The ‘Buy-To-Let’ (BTL) mortgage is celebrating its Silver Anniversary (25 years) this autumn.
Isn’t it fascinating that a decision between a group of letting agents and bankers all that time ago to offer BTL mortgages has changed the face of the Luton (and national) property market?
But has it been a good thing? Or has it ruined the dreams of many 20 somethings wanting to get on to the property ladder in the last couple of decades?
Let’s look deeper at the whole story, then I will let you, the reader, decide.
And as soon as the BTL mortgage was launched, it was clear there was an enthusiasm and a need for this mortgage product. So much so the size of the Luton private rented sector has grown exponentially.
According to my analysis …
there are 17,203 private rented homes in Luton,
So now we are in 2021, it seems farcical that banks and building societies once thought that properties rented out to private tenants would not create a steady income or increase in value, yet this thought was conventional back in the 1990’s.
It’s no wonder buy-to-let landlords have been given a hard time, with numbers like this.
Yet before we burn every landlord at the stake,
let’s just look at the background story.
The Conservatives introduced the right of a council house tenant to buy their own council house in the early 1980s. Fantastic news for council tenants, yet when a council tenant bought their home, that meant that council housing was taken away from future generations to rent and therefore eroding the council housing stock available. Meaning from the mid 1990s/early 2000s, people who would normally be eligible to rent from the council, yet who couldn’t buy, had only one option … rent from a private landlord.
Meanwhile, in the early/mid 1990s we had 15% mortgage interest rates, unemployment rates of 9% and the 1989 housing crash fresh in people’s memories. Repossessions were rife, making home ownership not the most attractive prospect for 20 somethings.
Luton house prices dropped by
34.5% between 1989 and 1993.
This meant as we entered the mid 1990s, the Luton property market entered a period of stagnation. There were many Luton homeowners that bought their home in the property boom of the late 1980s who were disinclined to sell their home for a loss. They were in negative equity (i.e. they owed more than what the house was worth) yet needed to move because of their growing families.
Renting their home out could have allowed them to buy another home for their growing family, but most banks and building societies were still mostly unreceptive to the notion of these homeowners becoming accidental landlords. Most mortgage terms and conditions usually included clauses that prohibited homeowners from renting out their homes.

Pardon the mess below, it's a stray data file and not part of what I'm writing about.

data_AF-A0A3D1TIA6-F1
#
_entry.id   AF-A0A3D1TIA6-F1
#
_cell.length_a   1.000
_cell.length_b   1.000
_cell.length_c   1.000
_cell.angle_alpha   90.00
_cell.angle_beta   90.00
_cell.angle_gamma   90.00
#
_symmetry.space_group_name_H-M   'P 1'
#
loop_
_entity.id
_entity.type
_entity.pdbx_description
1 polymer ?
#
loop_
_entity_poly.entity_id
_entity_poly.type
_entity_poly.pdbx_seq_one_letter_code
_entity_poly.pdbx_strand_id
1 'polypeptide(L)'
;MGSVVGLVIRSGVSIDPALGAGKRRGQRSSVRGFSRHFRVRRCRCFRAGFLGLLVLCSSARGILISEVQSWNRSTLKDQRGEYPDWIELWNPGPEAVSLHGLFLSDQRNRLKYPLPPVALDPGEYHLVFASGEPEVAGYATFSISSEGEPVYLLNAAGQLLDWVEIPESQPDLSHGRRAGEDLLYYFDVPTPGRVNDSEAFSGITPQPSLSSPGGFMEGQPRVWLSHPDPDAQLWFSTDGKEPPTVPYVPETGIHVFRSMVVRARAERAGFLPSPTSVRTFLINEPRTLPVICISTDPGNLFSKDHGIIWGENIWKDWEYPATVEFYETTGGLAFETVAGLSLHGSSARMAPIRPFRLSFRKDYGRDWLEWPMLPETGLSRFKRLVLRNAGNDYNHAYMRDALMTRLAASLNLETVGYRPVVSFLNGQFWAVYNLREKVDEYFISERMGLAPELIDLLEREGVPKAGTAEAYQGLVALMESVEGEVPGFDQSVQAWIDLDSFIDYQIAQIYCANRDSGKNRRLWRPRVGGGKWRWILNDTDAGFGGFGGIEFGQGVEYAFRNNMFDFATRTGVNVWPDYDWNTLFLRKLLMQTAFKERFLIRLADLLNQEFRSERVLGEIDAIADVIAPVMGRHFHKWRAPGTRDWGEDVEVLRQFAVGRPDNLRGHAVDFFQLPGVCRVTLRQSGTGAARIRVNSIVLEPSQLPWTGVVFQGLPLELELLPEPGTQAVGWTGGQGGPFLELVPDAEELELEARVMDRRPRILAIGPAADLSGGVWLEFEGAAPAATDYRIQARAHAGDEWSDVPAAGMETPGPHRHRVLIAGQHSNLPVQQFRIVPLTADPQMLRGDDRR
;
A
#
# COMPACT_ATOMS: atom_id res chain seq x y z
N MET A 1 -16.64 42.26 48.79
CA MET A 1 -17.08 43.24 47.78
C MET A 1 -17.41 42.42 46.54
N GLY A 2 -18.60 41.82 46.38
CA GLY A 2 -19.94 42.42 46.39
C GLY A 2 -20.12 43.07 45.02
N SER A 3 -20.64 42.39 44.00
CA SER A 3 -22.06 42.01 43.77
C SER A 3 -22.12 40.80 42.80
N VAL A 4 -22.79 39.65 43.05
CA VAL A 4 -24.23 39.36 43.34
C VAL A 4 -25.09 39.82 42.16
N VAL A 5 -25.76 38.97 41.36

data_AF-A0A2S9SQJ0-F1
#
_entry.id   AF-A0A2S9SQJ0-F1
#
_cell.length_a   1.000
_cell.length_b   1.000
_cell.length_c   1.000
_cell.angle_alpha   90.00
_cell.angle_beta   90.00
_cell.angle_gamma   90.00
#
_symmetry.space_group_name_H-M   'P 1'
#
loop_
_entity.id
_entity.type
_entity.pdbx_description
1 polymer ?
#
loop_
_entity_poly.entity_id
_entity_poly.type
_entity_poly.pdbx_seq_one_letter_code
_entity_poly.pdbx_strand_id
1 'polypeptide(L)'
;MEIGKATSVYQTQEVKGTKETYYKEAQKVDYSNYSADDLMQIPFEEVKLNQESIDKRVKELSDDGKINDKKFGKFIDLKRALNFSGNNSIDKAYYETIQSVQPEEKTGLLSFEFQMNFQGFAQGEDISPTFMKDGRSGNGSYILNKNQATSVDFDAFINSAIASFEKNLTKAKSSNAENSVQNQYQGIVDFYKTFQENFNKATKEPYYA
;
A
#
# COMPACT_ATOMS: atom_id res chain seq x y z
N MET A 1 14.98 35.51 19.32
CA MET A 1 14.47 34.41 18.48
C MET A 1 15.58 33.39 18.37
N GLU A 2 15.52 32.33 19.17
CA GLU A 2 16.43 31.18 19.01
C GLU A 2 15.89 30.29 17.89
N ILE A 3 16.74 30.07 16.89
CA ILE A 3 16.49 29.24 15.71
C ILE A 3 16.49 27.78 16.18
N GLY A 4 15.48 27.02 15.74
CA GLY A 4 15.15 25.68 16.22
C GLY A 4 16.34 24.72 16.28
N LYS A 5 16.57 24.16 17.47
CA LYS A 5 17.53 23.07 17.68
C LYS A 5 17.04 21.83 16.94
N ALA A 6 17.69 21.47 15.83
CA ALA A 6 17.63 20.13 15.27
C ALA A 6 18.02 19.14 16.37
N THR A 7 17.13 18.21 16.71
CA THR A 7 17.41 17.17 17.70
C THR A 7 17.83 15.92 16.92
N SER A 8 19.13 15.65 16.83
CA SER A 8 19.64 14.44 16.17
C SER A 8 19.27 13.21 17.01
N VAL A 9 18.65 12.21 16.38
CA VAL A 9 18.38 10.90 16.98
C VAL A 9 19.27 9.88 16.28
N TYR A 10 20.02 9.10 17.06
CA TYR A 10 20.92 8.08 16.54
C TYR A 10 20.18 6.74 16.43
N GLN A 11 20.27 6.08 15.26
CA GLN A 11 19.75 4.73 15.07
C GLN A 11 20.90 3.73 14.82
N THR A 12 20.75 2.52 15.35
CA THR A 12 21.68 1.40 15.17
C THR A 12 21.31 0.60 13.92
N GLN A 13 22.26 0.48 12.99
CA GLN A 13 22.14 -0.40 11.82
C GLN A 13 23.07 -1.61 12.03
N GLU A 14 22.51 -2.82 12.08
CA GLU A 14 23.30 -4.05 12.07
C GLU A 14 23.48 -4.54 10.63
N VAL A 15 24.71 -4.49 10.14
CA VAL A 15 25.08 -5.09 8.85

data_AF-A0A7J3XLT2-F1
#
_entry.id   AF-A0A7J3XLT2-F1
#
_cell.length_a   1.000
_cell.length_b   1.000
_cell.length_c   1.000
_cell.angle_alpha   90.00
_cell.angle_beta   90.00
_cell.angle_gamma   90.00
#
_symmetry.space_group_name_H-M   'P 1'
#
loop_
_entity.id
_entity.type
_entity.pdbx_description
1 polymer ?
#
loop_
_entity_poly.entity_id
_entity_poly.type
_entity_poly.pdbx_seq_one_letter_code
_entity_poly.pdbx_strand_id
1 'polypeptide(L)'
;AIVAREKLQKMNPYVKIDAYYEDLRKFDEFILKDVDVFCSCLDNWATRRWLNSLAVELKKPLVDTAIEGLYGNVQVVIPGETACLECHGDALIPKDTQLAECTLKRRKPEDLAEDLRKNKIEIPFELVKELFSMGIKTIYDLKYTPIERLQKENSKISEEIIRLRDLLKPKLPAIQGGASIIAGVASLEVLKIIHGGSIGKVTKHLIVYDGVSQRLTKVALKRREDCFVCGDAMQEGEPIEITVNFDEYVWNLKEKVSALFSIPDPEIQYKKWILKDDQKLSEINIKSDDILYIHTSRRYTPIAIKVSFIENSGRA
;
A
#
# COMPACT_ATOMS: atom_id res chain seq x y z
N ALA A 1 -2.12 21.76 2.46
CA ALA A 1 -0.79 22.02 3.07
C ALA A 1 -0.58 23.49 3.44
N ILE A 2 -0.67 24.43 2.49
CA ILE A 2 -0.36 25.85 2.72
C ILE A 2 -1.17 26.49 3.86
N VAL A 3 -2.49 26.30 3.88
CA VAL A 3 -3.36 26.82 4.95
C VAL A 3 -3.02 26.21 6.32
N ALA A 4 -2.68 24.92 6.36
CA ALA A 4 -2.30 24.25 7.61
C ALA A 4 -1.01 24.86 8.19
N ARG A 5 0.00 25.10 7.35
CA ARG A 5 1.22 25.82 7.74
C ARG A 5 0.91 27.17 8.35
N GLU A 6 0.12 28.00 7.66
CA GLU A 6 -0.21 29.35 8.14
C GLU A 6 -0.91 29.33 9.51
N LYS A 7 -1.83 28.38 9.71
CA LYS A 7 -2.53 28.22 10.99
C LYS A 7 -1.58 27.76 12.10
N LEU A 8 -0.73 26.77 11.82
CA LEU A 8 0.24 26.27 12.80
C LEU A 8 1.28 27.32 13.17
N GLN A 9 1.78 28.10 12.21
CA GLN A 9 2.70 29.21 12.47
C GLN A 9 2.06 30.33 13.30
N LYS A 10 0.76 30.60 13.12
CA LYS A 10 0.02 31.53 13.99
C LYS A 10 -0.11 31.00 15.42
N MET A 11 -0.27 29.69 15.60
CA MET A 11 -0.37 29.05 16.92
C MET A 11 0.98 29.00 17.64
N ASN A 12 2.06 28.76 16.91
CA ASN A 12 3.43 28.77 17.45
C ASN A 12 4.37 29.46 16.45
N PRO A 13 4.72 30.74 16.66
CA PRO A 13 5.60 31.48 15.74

So, with growing demand from potential tenants, supply reduced from the sale of Council houses and many homeowners in negative equity, all bound up by the semi-deregulation of the private rented sector with the Housing Act 1988 – you can see that the BTL mortgage came along at the right time.
Early take up of BTL mortgages was slow in the first couple of years.
By the Millennium, according to the Council of Mortgage Lenders, there were just over 120,000 BTL mortgages, with a total value of £9.1 billion.
Yet as we entered the 2000s, they really took off, with every man and his dog jumping onto the BTL bandwagon. So much so that today in the UK, there are …
4.4m private rented homes, 2.1m of them with BTL mortgages
totaling £234.1bn, which is 11.9% of the UK’s GDP!
That’s more than a 1,650% increase in the number of BTL mortgages to landlords and a 2,470% increase in the value of those BTL mortgages.
Since 2001, the number of privately rented households in the UK has grown from 8.3% to 19%.
On the face of it, you could say with the growth of these BTL landlords with their cheap BTL mortgages and often unkempt properties, it has pushed potential homebuyers into squalor. Yet, let’s look a little deeper.
Most Luton landlords are very fair with their Luton tenants providing them with clean, well presented and affordable housing. Of course, there are the rogue landlords but with TV shows such as ‘Landlords from Hell’, the British public are given a distorted and uneven view of private landlords as a whole.
Private sector landlords have played a critical role in providing homes to millions of Brits in this country, let me expand.